This is a contributed op-ed written by Daniel Burrows, founder and CEO of TruckLabs. Opinions are the author's own.
Delivering this country's freight requires a huge number of vehicles, traversing a huge number of miles. There are 3.91 million Class 8 trucks on the road today.
Considering all that equipment, and all those miles, it's no wonder the Environmental Protection Agency estimated that medium- and heavy-duty commercial trucks were responsible for 24% of all greenhouse gas emissions in the U.S. transportation sector in 2019.
This concentration of emissions is certainly cause for concern. But it also presents a unique opportunity to make a focused effort to create a positive impact.
It's clear fleets will have to change or retrofit their equipment and start using more sustainable trucks. But doing so can require a sizable investment. Government funding will be necessary, if the goal is to achieve fewer carbon emissions throughout the industry.
That's exactly what the Supporting Trucking Efficiency and Emission Reductions Act, or STEER Act, aims to do. The STEER Act was recently introduced to Congress by Rep. Rodney Davis, a Republican from Illinois. It represents a practical, market-driven approach to helping trucking companies of all sizes to retrofit their fleets.
Steering toward greener heavy-duty trucks
The STEER Act — which has received bipartisan support from Rep. Josh Gottheimer, a Democrat from New Jersey — focuses on the heavy-duty trucking sector. It's a five-year, $500 million voucher program intended to offset the cost of retrofitting emission-reducing active technologies on Class 8 trucks in the U.S.
The federal government is running numerous programs to help curb all kinds of emissions. In July, the Department of Energy announced $60 million for 24 research and development projects aimed at reducing carbon dioxide emissions from passenger cars and light- and heavy-duty trucks.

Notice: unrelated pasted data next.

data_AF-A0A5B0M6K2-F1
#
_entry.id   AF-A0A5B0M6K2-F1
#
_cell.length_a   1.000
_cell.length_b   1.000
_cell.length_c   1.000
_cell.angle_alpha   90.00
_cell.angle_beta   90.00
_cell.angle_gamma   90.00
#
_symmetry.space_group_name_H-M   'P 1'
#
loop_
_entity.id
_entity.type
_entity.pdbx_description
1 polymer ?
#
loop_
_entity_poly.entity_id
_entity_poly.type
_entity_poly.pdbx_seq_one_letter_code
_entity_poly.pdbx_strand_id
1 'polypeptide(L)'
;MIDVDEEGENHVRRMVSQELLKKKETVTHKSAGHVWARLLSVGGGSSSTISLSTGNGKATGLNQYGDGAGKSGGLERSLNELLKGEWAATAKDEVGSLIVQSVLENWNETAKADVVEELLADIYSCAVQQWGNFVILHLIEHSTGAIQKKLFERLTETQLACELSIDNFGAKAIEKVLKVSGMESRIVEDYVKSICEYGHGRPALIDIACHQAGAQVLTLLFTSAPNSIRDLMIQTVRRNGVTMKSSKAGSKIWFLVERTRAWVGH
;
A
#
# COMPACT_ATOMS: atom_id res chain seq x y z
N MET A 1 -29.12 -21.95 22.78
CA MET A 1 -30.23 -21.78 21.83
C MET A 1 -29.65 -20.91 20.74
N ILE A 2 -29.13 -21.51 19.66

And additional funds were earmarked within the Biden administration's multi-trillion-dollar infrastructure plan, focused primarily on spurring the continued development and adoption of electric and hydrogen-powered vehicles. However, the pared-down version of the bill currently being debated in the House further underscores the importance of passing the STEER Act as a standalone bill.
But the STEER Act puts a focus on small trucking fleets, covering $4,000 or 75% of the total costs per unit for retrofitting fleets operating 10 trucks or fewer. It also includes offsets for medium and large fleets.
It's important to note that, according to the Owner-Operator Independent Drivers Association, 95% of all for-hire trucking fleets have fewer than 20 trucks. These are small- to medium-sized businesses that employ roughly 3.7 million hard-working Americans, and they will need help in funding a transition to a more fuel-efficient future.
They can't reasonably be expected to foot the bill alone, especially in an accelerated time frame. If all Class 8 trucks were retrofitted with emission-reducing active technologies that the STEER Act supports, national fuel consumption could be cut by 4.5 billion gallons per year, according to Davis.
It's clear that fleets will have to change or retrofit their equipment and start using more sustainable trucks. But doing so can require a sizable investment.
Trucking companies would benefit from these fuel savings. It's money that can be used to grow their businesses and increase driver pay. And the reduction in fuel consumption would also eliminate 50 million tons of CO2 emissions per year — a huge step in the right direction.
Some say we should not focus on efficiency technologies and instead just move rapidly to an electric truck future, but that does not reflect the reality that, today, 97% of over-the-road Class 8 trucks today are diesel-powered and will continue to be for the near future.
The STEER act targets drag-reduction technologies which can help all trucks, regardless of fuel type. This helps reduce emissions from diesel trucks today, while also helping electric trucks with greater range and smaller batteries. This enables us to act now and also paves the way to an alternative fuel future.
Making more fuel-efficient technologies available to trucking fleets will require the support and leadership of the federal government. Congress can accelerate the adoption of these technologies through a program designed to offset the costs of purchase and installation, as proposed in the STEER Act.
And if enacted, it would be a significant, bipartisan, and market-driven approach to reducing greenhouse gas emissions.
I strongly urge my colleagues in the transportation and technology industries to show their support for the STEER Act. It's good for our nation, our economy, our industry and the planet we share.
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